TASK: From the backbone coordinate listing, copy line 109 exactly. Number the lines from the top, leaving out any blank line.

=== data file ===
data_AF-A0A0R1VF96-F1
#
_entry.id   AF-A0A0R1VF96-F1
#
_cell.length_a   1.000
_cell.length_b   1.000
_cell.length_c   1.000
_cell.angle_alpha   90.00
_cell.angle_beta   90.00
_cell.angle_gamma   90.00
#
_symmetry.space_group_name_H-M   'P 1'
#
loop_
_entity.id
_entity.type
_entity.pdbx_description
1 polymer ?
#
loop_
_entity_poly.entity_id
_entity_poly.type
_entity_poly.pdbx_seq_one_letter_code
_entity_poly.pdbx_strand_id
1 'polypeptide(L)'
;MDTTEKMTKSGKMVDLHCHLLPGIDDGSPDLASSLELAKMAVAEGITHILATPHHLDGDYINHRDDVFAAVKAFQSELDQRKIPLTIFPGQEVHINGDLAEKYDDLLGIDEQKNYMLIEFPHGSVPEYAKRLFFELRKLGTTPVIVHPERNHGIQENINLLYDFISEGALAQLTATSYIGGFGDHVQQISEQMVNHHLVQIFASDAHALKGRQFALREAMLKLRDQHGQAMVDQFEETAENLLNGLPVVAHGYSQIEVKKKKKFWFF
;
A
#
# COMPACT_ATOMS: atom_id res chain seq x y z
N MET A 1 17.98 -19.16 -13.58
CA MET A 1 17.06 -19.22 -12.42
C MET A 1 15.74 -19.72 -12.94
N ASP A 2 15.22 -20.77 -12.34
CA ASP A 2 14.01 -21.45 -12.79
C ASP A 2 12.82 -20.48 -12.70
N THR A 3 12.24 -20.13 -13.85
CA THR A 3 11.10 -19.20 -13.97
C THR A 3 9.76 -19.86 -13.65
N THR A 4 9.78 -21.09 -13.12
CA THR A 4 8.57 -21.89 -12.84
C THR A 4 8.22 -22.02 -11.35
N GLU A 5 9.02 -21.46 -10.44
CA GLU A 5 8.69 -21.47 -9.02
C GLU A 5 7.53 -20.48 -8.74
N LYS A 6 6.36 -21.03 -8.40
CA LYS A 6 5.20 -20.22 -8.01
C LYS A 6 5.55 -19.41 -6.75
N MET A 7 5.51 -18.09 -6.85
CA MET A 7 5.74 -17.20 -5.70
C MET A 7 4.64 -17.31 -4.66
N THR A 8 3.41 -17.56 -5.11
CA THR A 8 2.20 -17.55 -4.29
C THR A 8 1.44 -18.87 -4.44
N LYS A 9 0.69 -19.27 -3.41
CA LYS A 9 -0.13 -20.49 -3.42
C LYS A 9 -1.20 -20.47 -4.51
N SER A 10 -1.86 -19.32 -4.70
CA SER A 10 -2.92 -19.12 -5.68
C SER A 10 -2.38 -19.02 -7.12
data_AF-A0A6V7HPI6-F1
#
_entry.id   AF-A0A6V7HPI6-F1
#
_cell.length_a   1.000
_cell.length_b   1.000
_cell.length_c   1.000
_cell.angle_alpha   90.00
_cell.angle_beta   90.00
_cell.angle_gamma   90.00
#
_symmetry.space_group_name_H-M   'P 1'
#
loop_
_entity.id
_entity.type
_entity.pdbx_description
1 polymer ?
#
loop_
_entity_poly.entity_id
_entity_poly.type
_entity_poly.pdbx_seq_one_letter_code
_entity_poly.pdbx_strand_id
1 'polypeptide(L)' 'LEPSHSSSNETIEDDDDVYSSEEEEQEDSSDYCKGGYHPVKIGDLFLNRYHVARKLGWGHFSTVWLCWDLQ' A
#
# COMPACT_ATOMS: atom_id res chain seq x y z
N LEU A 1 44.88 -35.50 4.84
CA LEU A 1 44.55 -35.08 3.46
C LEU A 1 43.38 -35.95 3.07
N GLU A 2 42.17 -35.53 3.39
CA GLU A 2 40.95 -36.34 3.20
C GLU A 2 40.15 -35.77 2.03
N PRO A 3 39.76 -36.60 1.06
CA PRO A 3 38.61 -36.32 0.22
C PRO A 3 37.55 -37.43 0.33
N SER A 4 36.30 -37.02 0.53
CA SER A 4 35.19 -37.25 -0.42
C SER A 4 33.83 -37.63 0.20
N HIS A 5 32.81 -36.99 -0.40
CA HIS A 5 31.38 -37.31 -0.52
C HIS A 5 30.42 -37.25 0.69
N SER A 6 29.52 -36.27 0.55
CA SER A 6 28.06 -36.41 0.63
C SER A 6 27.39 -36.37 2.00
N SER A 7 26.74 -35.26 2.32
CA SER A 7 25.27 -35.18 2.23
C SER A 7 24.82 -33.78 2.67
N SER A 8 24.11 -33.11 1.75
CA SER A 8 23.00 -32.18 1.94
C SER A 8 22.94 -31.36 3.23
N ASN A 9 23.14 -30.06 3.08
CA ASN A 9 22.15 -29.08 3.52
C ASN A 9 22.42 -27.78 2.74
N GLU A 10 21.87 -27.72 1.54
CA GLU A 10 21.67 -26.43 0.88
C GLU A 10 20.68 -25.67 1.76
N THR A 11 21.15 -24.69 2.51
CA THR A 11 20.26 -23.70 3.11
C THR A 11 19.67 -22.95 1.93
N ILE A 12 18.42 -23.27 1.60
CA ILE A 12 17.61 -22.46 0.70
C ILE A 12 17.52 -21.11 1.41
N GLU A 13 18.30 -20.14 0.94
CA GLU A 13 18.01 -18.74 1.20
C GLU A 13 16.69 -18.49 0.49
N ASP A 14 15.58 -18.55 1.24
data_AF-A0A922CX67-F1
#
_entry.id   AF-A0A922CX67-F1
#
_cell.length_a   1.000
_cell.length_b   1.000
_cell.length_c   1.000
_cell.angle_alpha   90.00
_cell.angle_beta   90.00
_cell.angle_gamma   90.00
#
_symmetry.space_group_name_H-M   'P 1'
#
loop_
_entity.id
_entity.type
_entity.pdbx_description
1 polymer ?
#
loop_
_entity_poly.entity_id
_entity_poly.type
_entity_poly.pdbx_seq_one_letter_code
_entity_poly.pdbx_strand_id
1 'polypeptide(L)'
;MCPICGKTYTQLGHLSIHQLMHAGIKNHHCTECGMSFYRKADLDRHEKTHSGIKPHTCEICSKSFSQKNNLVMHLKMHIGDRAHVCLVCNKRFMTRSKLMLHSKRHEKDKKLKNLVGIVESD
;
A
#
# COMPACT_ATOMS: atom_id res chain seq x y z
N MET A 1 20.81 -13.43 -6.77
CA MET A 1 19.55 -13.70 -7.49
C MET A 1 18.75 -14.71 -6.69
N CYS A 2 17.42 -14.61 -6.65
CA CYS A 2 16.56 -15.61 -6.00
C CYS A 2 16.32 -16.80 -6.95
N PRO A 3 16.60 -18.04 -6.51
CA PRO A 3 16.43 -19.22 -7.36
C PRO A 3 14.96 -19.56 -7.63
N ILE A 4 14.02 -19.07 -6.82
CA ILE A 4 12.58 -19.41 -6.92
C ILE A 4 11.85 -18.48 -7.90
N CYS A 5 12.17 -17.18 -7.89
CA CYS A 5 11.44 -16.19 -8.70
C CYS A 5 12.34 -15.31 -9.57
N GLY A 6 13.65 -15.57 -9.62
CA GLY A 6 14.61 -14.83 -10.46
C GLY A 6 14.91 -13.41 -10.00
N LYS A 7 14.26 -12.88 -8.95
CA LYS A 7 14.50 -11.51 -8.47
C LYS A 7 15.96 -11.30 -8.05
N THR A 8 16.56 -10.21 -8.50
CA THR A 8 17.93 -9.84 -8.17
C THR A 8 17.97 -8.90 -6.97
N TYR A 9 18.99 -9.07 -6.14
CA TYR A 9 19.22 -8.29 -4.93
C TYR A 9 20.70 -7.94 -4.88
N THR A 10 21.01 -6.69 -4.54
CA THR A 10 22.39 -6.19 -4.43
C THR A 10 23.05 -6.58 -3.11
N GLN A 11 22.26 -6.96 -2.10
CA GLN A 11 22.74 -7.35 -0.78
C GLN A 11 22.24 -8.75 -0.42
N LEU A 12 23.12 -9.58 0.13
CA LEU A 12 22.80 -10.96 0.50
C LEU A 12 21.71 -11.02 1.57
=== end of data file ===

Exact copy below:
N SER A 8 24.11 -33.11 1.75